• Thank you for the reply. I think that is a great point you make about envisioning the type of Father you want to be. The feedback I get from my Father’s generation is one of two things: A) They mimic their own Fathers or B) They tried to become different/better than their Fathers, which ultimately made them turn into their Fathers. I think today’s Dads make an attempt, to make more of an effort, to be better. We are more in tune with the emotional effects that our childhood had on us and we are determined to break the cycle. Here’s wishing good luck to all of us. Thanks again for the reply and feel free to share the blog with anyone else who might be interested.

  2. Rolondo,

    I admire and salute your project, first because your family commands my respect (and I hope this forum brings a measure of therapeutic comfort for your loss), second because I became a dad about a year ago and I want to get it right, and third because I don’t really know my own father and I am intrigued about what that means. He has been absent from my life and that makes its own sort of impression–though I have spent most of my life thinking it did not matter.

    In the absence of a father, I have referred to cultural sources, including the “norm” supplied by American television. There is an excellent series on PBS called “America In Primetime” which has an episode called “Man of the House,” which traces the changing cultural molds of fatherhood–at least, as portrayed on TV. Even though it’s just television, there’s a kernel of truth, and it goes from Father as the reliable but distant provider in the 1950s (“Leave it to Beaver”), the more hip variant of the 1960’s (“Make Room for Daddy”), the multitasking Mr. Nice Guy of the 1970s (“The Brady Bunch”), the more cosmopolitan version of the 1980s (“Cosby”), the more frazzled dads of the 90s (“The Simpsons” and “The Sopranos”) and the downright dysfunctional father figures in more recent shows (“Family Guy” and “American Dad”). TV exaggerations aside, this evolution reveals something that is true about fatherhood in society. There is an increasing pressure on fathers to be not just providers, but also to be emotionally engaged. As American women join the work force, the Dad needs to be involved in household stuff, but sexist income disparities in American society mean he still also has to be the primary provider, so he is getting tugged in multiple directions. You know, even a tough guys like Tony Soprano has to go see a shrink!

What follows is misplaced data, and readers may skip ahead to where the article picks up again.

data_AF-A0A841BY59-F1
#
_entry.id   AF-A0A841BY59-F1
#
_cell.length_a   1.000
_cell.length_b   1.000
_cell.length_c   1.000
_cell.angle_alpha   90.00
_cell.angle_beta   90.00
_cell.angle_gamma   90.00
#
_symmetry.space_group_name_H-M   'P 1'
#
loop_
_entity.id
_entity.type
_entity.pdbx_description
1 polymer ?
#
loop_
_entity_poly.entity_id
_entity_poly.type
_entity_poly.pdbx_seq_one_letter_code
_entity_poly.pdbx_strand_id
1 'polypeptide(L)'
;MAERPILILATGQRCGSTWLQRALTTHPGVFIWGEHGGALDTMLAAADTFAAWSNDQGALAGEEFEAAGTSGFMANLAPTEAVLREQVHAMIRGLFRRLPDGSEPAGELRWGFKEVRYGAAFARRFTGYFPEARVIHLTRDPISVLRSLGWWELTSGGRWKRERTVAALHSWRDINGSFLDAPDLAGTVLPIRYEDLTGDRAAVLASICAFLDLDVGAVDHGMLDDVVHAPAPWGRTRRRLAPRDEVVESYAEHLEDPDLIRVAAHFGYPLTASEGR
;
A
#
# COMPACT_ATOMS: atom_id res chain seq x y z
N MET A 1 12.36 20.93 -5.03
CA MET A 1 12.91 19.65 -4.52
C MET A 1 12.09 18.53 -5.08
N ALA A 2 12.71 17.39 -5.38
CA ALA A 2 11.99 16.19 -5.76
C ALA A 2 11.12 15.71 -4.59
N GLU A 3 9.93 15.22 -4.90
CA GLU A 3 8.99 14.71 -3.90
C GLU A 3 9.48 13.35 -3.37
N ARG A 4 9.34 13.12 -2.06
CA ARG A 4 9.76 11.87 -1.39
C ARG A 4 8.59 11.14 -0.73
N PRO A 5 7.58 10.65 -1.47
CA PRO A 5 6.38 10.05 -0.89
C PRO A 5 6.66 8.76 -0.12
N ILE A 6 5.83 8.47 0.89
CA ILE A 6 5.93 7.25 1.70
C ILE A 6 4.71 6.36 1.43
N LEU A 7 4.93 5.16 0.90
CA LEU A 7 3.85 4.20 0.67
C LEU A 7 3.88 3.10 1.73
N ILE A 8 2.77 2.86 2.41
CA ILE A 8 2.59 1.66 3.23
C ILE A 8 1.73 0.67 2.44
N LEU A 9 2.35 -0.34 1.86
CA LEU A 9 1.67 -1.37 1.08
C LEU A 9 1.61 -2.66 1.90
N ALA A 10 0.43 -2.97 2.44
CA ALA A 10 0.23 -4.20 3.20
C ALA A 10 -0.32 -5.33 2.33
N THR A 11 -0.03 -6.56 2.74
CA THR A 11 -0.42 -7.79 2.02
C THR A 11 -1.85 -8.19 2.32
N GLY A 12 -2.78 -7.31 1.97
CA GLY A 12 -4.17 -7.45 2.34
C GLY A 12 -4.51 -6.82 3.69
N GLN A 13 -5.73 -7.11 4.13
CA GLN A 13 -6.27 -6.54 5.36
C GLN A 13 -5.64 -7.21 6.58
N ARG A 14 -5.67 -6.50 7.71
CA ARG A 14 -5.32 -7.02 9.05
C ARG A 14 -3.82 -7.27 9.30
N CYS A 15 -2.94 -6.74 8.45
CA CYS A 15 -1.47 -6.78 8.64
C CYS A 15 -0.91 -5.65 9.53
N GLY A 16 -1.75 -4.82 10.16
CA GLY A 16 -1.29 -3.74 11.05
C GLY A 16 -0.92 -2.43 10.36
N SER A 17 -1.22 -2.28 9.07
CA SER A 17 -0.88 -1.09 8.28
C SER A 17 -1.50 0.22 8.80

You were selected by O.C. FAMILY as one of the exemplary “Dads in O.C.” (Nov. 2010), so I suspect you have been able to strike a balance. I know this blog will be thoughtful, insightful, and have many interesting ruminations about this crazy and wonderful journey called fatherhood.

    Tipping my hat to you,

    -c.

    • Carlos, thank you so much for the reply. I so enjoy reading your take on these and other topics – really well put together. And thanks for the reminder about the “Dad’s in OC” – I completely forgot about that. Keep on replying and feel free to tell others about the blog, the more insight, the better.